Cards Speak – The best hand is determined by each of the players turning their cards face up with no declaration. The values of the cards speak for themselves.

Check Raise – To check when it is your turn to bet and then, after someone else bets, to raise that player’s bet.

Donkey – An opponent who plays poorly and seems to be throwing his money away. This is the current term for a pigeon, a sucker or a fish.

Double Belly Buster – This is a hand with two inside straight draws. As an example, 79TJK can become a straight with either an 8 or a queen. This draw has the same number of outs (8 winning cards) as an open ended straight draw except the double belly buster is much more deceptive.

Drawing Dead – A draw such that no matter what card you get you will lose. As an example: You have four spades with the King while your opponent holds a pair of Aces along with four spades including the Ace of spades. You’re hoping to draw a spade on the river to make a King high flush. If the spade comes you will lose to an Ace high flush and since your opponent already has a pair of Aces you cannot win. You are said to be drawing dead.

Fish – See donkey – a player who plays the game poorly.

Flop – After the first round of betting, three community board cards are dealt called the flop.

Gutshot – An inside straight draw with only four outs. Drawing to a QJ98 would require one of the four tens to make a straight.

Heads-up – Playing against a single opponent.

Implied Odds – This is an extension of pot odds and represents the ratio of the total amount you expect to win if you complete your hand to the amount you would need to call to continue. While pot odds are an exact calculation, implied odds takes some guess work and knowledge of your opponents’ tendencies.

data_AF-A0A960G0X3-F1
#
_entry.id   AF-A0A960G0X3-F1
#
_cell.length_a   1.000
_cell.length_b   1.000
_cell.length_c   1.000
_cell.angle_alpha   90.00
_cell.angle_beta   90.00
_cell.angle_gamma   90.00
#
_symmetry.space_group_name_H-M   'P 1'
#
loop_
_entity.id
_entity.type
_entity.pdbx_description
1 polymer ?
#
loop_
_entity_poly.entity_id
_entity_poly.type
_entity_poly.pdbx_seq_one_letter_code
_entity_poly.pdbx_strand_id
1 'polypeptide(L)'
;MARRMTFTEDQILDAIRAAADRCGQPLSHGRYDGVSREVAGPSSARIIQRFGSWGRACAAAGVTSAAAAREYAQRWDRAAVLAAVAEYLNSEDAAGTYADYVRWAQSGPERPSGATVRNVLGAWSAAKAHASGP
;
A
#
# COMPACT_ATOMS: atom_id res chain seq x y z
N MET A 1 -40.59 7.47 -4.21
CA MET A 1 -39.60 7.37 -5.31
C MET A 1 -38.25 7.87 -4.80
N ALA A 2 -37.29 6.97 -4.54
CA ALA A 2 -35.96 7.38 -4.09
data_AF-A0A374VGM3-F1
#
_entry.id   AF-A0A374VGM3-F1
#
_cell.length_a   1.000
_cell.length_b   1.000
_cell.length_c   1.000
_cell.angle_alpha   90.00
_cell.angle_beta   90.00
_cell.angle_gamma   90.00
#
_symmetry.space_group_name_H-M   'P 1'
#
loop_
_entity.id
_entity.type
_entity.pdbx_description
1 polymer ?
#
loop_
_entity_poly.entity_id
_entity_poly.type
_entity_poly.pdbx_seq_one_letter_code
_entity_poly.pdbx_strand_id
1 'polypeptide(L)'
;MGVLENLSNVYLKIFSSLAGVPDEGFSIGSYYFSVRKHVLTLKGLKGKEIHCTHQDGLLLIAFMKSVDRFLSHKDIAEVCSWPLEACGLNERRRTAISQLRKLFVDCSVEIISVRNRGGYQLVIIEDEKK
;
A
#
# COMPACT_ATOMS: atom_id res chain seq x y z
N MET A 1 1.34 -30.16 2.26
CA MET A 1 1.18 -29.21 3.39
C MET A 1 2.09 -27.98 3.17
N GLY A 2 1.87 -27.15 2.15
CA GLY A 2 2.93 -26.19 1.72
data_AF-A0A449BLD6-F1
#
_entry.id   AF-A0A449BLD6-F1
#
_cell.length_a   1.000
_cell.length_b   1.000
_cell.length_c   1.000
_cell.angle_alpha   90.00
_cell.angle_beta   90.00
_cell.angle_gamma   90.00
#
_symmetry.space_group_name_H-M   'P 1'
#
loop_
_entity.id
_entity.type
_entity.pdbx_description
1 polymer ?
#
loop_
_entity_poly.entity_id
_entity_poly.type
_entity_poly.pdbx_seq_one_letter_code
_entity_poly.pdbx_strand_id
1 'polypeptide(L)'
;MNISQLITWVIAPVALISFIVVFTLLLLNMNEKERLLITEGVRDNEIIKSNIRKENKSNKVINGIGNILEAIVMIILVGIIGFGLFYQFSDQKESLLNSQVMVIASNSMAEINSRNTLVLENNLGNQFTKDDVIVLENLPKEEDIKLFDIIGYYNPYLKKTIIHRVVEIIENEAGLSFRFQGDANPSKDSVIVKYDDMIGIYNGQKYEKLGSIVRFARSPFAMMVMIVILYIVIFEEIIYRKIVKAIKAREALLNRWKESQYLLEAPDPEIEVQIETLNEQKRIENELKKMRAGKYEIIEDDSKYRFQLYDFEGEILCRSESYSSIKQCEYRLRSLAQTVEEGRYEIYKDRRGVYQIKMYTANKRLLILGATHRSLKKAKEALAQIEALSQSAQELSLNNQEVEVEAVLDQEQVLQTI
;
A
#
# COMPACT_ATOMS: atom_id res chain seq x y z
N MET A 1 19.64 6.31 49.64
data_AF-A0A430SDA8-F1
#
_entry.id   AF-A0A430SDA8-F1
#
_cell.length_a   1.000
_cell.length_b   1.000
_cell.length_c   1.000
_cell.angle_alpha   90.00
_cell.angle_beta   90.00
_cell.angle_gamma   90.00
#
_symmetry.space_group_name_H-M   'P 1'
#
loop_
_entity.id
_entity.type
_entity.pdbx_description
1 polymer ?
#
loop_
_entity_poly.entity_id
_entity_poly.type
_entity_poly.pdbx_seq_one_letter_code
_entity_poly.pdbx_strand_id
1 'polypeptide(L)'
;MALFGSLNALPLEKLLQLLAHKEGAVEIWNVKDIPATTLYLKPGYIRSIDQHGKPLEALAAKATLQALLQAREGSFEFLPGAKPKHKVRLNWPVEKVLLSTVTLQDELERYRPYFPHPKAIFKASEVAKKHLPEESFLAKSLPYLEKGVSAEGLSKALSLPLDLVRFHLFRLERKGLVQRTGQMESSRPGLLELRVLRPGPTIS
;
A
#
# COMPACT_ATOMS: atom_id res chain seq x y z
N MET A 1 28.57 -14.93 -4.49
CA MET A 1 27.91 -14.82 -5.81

Inside Straight Draw – See gut shot.

Isolate – To make a raise with the intention of forcing others to fold in hopes of being able to play heads up against a single opponent is to isolate him.

Limp – To just flat call the amount of the big blind is to limp into a hand.

Monster – A very strong hand that is almost certainly the winner.

Muck – Folding your hand is to muck it. The pile of dead cards is called the muck.

Nuts – Based upon the board it’s the best available hand. An unbeatable hand is often called “the Brazils” and “a lock”.

Out – An out is a card that improves your hand, usually to winning status. If you hold the and there are two hearts on the flop, you have nine outs to the nut flush – the remaining nine hearts in the deck.

Pocket Rockets – A pair of Aces in your hand in hold’em.

Pot Odds – The ratio of the amount of money in the pot to the amount of money it will cost to call the current bet. If the pot holds $100 and it will cost you $20 to call, the pot is laying you 5-to-1 odds.

Quads – The nickname for four of a kind – e.g. “he had quad Kings”.

Rags – Refers to a worthless card. Rags are normally small board cards in hold’em.

Rainbow – Three or four board cards of different suits. If a flop contains three different suits it is said to be rainbow. If the turn is a card of the fourth suit, a flush will not be possible.

River – The fifth and final community board card dealt in hold’em.

Runner-Runner – A hand that is made with both the turn and the river cards. Two running cards are runner-runner. If, on the flop, you have a three flush and both the turn and river are of the same suit making you a flush, you’ve gone runner-runner.